the structure I am considering moving to, which eliminates the carrots table and broccoli table, they become the vegetable table

store (store_id, store_name)
items(item_index_id,, store_id*, item_id, item_name)
vegetables (store_id*, vegetable_index_id, item_id, datetime, value)

typical queries will pull 1440 or more rows of data from vegetable tables, either for 1 item or multiple, using a JOIN query select the item name from items table and store_name from store table then display results in a table or graph.

Going to a vegetable table will increase flexibility for user, they can enter their name of any vegetable, not just have carrots and broccoli.
Re: better database design: memory limits, rows and tables
March 06, 2011 09:15AM
Ok. Thanks. Then you are absolutely thinking about this the right way. What I notice though, is that there are a lot of repetitive values in your tables. Therefor, you would gain from a redesign, and you are right about the simple joins to connect the data. Don't mind if you have any problems of thinking how to Join this data later on. We will help you with that.

One thing though. This is pretty complicated stuff. At least consulting with a specialist in databases would be a clever thing to do. Even though I consider myself pretty good with must of this stuff, this is in know way an easy task to perform. I will give it my best though, as I find your problem inspirational. Really hope we can pull this off! :D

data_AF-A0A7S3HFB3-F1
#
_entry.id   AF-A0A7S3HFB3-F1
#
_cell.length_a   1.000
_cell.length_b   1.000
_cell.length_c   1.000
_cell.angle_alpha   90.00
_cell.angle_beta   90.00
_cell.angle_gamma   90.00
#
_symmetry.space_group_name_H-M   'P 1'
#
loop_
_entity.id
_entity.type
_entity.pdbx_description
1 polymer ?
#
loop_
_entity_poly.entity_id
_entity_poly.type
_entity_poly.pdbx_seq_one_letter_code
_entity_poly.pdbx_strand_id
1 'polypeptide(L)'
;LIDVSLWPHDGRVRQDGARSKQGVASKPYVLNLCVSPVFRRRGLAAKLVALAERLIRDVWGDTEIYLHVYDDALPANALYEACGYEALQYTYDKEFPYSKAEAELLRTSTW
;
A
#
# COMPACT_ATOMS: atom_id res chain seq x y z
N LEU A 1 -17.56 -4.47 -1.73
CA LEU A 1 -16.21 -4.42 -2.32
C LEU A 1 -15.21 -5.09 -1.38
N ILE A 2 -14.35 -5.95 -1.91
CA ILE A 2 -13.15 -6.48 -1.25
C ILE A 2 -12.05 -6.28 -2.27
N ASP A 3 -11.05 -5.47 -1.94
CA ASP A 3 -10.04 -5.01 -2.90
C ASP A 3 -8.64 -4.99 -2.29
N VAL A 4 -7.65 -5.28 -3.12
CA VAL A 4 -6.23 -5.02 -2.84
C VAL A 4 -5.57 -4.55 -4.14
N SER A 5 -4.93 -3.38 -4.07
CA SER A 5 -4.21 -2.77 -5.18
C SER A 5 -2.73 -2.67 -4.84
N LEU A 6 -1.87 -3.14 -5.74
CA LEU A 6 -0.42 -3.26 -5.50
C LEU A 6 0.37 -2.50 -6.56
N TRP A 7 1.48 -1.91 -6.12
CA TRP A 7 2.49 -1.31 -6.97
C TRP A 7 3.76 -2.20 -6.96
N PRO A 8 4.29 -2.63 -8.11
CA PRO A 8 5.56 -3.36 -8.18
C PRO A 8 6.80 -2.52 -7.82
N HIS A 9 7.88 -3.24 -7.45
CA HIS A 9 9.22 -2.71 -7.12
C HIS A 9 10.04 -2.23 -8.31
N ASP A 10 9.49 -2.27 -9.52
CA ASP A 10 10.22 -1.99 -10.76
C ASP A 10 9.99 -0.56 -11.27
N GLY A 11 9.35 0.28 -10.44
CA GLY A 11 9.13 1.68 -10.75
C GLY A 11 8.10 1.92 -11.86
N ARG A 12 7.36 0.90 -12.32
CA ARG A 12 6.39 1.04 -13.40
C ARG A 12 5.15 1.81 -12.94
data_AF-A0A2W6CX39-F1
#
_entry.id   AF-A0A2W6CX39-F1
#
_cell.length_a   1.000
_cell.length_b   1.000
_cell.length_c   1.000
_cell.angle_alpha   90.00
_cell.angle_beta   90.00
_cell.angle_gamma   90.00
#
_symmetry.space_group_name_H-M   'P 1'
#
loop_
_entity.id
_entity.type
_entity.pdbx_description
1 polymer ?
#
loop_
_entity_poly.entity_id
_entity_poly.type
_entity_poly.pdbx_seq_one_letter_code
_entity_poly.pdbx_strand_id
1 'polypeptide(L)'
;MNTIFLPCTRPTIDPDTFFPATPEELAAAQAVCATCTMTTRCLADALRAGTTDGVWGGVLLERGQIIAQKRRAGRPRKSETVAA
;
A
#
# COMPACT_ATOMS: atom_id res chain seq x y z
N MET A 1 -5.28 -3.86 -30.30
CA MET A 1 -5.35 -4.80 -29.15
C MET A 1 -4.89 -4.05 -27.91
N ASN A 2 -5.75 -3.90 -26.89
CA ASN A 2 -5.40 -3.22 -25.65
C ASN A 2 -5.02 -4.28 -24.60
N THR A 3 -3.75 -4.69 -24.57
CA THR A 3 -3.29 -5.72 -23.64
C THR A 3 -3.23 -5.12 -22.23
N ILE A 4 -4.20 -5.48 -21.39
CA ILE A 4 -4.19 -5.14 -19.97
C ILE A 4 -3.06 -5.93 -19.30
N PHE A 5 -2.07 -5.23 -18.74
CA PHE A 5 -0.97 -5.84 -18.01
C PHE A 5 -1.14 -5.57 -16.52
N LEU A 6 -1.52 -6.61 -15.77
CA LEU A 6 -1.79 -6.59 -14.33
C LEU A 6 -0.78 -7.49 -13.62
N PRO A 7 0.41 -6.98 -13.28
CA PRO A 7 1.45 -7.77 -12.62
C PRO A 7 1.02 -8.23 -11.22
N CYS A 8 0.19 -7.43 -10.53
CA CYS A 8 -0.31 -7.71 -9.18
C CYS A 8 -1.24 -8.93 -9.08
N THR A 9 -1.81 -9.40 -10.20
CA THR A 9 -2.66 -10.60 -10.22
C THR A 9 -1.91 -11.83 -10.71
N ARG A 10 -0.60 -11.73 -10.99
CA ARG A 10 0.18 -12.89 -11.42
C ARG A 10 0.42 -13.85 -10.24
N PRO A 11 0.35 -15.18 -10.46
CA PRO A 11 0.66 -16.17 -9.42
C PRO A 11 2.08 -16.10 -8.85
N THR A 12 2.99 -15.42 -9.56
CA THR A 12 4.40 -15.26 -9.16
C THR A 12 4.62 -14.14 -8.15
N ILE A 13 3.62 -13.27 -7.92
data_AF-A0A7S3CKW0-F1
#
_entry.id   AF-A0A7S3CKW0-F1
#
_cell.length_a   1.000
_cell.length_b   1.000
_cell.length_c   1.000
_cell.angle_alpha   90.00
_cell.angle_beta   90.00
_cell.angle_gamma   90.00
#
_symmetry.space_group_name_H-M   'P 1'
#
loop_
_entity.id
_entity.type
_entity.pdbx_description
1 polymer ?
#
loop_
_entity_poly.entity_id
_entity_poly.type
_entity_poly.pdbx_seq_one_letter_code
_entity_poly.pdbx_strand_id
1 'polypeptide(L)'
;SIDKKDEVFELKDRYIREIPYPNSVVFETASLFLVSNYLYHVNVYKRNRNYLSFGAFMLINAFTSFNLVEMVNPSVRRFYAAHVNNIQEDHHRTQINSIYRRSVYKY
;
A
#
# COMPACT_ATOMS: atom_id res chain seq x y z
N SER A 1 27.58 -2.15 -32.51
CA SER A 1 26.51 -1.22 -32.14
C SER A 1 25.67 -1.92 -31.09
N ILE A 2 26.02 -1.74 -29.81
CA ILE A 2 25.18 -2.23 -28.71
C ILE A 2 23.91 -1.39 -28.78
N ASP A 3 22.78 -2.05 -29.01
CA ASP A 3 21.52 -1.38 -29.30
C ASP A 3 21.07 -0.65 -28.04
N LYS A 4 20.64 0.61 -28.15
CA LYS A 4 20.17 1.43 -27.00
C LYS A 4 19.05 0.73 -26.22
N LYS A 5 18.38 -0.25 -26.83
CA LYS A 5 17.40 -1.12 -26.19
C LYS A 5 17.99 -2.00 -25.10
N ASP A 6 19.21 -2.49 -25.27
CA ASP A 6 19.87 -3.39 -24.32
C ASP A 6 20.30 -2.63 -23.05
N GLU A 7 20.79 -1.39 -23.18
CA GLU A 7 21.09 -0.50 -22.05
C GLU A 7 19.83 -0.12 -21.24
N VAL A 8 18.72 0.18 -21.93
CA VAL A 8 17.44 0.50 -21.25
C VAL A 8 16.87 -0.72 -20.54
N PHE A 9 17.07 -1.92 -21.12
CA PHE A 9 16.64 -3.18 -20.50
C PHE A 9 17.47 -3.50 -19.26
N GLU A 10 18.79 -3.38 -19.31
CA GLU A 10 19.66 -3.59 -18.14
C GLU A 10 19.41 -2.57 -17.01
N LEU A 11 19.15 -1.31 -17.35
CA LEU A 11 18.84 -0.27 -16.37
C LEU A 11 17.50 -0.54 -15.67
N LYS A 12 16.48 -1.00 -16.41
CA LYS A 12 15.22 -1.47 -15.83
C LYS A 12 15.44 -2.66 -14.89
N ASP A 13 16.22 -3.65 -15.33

----------------------------------------

Starting with stores:
stores (store_id, store_name)
- Maybe you need others fields like description, location, employees. That won't be a problem here. You will allow to keep track of larger amount of data for each store. You had this already - good!

Then you have the products.
products (product_id, product_name, starting_value)
- If the individual product, like a carrot, have a starting level of moisture, then you would benefit in using it here. It will allow you to ONLY make a row if there are any change to that value. I don't know if this is possible for you - that you know best yourself. Else, remove starting_value. The key here is that EACH product are unique. Carrot, broccoli, zucchini, pea. This is very you would place all data connected to the individual products. This will allow you to create categories like vegetables, fruits, baking product and such in the feature. This is not - however - 100 carrots. It's THE carrot. THE pea. THE broccoli.

----------------------------------

Ok. It's pretty simple so far. The question is, you seem to need an unique identifier for every carrot, every pee, every broccoli. The question is how we proceed according to your needs. If you need to keep TRACK of the numbers of carrots, pees and broccolis for each company, like say Beer Company INC, I would recommend keeping that data in something like "items in store".

Items in store
items (product_id*, store_id*, number_of_items)